Salty Air

Oppie vs. Barbie: No competition – Play It Again, Tim

Written by Tim Miller

The countdown has begun, as the first atomic bomb is about to explode.

It’s July 1945.

J. Robert Oppenheimer, the theoretical physicist in charge of the project, and many others sweat it out in the New Mexico desert as they watch the test from what they hope is a safe distance. Oppenheimer has told the military head of the operation, Lt. Gen. Leslie Groves, that chances of the explosion destroying the world are “near zero.” Groves’ response is that “zero” would be a much more comforting answer.

The intensity of the situation is almost unbearable.

Spoiler alert: The world was not destroyed. But, watching this unfold on the screen, waiting for the button to be pushed to set off the bomb, you can’t help but hold your breath and grip the armrests of your chair.

That alone tells you something about “Oppenheimer” (R, 180 minutes, in theaters). Christopher Nolan’s epic film bio/thriller is so gripping that you feel like you’re right there with Oppenheimer, anticipating the possible horrors his creation might unleash – never mind the horrors it did unleash.


Cillian Murphy plays the brilliant title character in “Oppenheimer.” (Universal Pictures)

In telling Oppenheimer’s story, writer-director Nolan (“Dunkirk,” “Inception”) tells a complex story about a complicated, brilliant man. Nolan doesn’t just focus on Oppenheimer’s involvement in the Manhattan Project, which led to the nuclear bombings of Hiroshima and Nagasaki, ending World War II. Among other things, it deals with Oppenheimer’s personal life, his Communist ties and the postwar political repercussions of his leftist leanings.

In covering all of this, and jumping back and forth in time in the process, Nolan presents an expansive story that seems oddly misshapen, in which, for instance, the third act, post-bomb, is extended into a story in itself.

In this case it doesn’t seem to matter much, though. (Another example where it doesn’t matter: “Lawrence of Arabia,” a magnificent epic whose first half is much stronger than the second.)

“Oppenheimer” is a breathtaking achievement, and for many reasons: the exceptional performances; Hoyte Van Hoyutema’s majestic cinematography (see this film on the largest screen possible); Ludwig Goransson’s grinding, buzzing soundtrack, which amps up the suspense; the intelligence on display (given my limitations, I had to assume much of the scientific dialogue made sense); the still-relevant moral questions the film asks regarding weapons and war, and the responsibilities of science and innovation.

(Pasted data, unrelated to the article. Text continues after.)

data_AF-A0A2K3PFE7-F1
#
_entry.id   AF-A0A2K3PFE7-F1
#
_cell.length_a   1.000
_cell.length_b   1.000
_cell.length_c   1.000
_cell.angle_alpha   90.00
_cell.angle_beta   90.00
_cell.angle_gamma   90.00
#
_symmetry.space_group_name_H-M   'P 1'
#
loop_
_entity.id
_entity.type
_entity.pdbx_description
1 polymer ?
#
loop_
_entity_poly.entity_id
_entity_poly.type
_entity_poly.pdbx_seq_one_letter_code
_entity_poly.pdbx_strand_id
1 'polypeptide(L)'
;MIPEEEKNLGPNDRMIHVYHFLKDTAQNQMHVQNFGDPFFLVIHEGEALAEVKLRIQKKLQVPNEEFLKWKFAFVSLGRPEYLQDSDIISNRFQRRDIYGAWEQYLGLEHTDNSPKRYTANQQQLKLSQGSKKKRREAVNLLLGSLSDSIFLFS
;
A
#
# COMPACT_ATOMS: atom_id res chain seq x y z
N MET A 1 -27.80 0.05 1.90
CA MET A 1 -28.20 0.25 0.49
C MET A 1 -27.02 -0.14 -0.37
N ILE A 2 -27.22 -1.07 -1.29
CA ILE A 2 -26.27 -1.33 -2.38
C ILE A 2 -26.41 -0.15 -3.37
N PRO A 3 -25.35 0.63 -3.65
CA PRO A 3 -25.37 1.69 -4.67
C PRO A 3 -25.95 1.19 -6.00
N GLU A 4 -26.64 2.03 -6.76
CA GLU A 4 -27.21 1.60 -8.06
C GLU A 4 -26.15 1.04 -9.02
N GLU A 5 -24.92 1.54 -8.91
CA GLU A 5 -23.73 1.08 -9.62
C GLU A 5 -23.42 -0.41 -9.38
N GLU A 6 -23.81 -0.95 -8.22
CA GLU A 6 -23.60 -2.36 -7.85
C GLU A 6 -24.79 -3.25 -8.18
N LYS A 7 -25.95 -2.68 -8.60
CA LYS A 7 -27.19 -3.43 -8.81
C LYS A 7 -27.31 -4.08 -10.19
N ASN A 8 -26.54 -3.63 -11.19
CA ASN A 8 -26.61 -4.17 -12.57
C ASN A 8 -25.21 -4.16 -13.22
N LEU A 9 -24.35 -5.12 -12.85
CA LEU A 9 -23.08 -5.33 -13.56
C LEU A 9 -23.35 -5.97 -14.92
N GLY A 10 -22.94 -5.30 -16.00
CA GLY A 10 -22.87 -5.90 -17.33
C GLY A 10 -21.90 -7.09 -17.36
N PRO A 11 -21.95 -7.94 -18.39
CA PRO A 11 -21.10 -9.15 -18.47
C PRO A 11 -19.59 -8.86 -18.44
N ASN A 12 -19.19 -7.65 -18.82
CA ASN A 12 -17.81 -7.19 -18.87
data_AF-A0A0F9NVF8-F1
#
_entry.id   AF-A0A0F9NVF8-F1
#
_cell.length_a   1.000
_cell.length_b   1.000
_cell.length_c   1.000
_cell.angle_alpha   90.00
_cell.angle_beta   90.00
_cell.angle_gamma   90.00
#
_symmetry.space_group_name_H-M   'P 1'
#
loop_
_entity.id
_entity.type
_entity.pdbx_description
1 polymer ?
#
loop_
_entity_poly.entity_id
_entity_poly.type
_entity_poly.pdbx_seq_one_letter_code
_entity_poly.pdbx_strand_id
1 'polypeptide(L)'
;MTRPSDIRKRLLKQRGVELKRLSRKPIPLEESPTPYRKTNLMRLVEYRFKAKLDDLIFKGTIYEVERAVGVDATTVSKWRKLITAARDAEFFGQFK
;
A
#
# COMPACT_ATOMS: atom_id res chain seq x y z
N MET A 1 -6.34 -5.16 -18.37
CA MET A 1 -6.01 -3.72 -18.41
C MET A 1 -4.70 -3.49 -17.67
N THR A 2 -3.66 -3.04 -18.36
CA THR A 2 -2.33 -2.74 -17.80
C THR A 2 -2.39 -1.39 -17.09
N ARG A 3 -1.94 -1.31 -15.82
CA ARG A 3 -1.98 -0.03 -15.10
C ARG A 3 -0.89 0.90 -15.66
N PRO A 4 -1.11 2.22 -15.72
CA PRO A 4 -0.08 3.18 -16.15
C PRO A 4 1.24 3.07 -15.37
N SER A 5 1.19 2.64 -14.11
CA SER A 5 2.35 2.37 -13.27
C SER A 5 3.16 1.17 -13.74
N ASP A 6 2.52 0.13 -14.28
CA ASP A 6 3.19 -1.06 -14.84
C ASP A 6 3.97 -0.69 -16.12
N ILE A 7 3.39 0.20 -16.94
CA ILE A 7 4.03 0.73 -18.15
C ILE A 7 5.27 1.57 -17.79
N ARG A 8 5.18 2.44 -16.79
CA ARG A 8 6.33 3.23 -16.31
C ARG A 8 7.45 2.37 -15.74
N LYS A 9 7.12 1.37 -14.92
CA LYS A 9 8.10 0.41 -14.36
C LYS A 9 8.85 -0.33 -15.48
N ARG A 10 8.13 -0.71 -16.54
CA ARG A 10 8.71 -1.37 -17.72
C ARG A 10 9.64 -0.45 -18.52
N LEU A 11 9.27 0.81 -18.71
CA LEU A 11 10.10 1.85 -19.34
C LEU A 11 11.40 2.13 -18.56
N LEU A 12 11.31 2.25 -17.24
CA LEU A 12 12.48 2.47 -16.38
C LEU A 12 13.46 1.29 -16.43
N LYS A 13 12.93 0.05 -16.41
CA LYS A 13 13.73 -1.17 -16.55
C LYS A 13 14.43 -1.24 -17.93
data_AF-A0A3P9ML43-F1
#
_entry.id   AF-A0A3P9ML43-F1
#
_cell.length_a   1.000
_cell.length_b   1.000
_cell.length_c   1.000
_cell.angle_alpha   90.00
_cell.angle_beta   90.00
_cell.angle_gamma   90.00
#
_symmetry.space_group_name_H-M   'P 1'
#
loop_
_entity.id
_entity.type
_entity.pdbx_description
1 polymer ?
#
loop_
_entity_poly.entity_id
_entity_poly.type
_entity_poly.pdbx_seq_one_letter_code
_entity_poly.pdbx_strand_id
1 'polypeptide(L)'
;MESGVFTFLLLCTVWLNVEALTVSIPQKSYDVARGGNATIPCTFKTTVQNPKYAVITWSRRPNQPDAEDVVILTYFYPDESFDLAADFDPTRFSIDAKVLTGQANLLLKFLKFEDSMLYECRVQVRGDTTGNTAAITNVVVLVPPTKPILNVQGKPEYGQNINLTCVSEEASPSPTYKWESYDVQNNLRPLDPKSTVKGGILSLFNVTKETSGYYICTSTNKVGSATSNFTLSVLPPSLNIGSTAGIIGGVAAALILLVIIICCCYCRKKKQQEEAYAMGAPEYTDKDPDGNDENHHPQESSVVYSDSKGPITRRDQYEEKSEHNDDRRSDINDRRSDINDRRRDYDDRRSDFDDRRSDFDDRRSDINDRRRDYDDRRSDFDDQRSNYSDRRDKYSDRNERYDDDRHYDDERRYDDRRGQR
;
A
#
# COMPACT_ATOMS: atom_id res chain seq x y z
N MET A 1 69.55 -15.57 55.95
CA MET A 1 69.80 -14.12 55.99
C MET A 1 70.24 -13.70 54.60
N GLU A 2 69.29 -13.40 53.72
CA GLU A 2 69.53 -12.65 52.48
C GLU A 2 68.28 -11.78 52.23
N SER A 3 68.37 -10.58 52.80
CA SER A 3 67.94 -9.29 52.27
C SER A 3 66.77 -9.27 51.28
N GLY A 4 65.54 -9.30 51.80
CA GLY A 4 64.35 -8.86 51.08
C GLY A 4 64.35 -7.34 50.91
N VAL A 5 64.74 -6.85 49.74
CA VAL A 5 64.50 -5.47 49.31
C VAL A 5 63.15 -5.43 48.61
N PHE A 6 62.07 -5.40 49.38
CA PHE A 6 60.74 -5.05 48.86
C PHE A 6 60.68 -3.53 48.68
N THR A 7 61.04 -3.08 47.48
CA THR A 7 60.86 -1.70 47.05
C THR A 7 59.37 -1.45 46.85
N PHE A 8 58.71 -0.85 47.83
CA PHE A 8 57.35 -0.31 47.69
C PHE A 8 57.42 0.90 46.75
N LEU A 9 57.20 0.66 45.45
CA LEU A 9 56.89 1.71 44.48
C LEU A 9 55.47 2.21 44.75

Cillian Murphy plays Oppenheimer with the same restraint that makes his gangster character in “Peaky Blinders” so compelling. You’re not encouraged to like Oppenheimer, or even necessarily understand him. He’s an intellectual snob, a cold fish with an unpredictable moral compass (he has no apparent qualms about sleeping with friends’ wives, for instance). Outwardly, he celebrates the success of the atomic bomb, but he’s also tortured by that success and tells President Harry Truman (Gary Oldman, in one brief scene) that he feels he has blood on his hands (Harry doesn’t take this well).

Wearing a wide-brimmed hat and suit, Cillian’s Oppenheimer looks like a scientific gunslinger – a brainy variation on a Clint Eastwood or Gary Cooper Western character – as he strolls through the Los Alamos desert community he creates for his scientific team. He is the stuff of legend.


Robert Downey Jr. appears as Lewis Strauss in “Oppenheimer.” (Universal Pictures)

Members of the all-star supporting cast also are remarkable. Robert Downey Jr., in heavy makeup as a manipulative political figure out to destroy Oppenheimer’s reputation, and Emily Blunt, as Oppenheimer’s bitter, alcoholic wife, deliver Oscar-caliber portrayals as characters different from any they’ve played before (at least, that I’m aware of). Florence Pugh, as Oppenheimer’s Communist lover, and Matt Damon, as Groves, also are excellent. (Also in the cast: Oldman, Kenneth Branagh, Tom Conti – as Einstein, Casey Affleck, Jason Clarke, Benny Safdie, Josh Hartnett, Alden Ehrenreich, Matthew Modine … it’s quite the ensemble.)

All things considered, “Oppenheimer” could turn out to be the film of the year. If not, it’s going to be close. **** (out of four)

And then there’s ‘Barbie’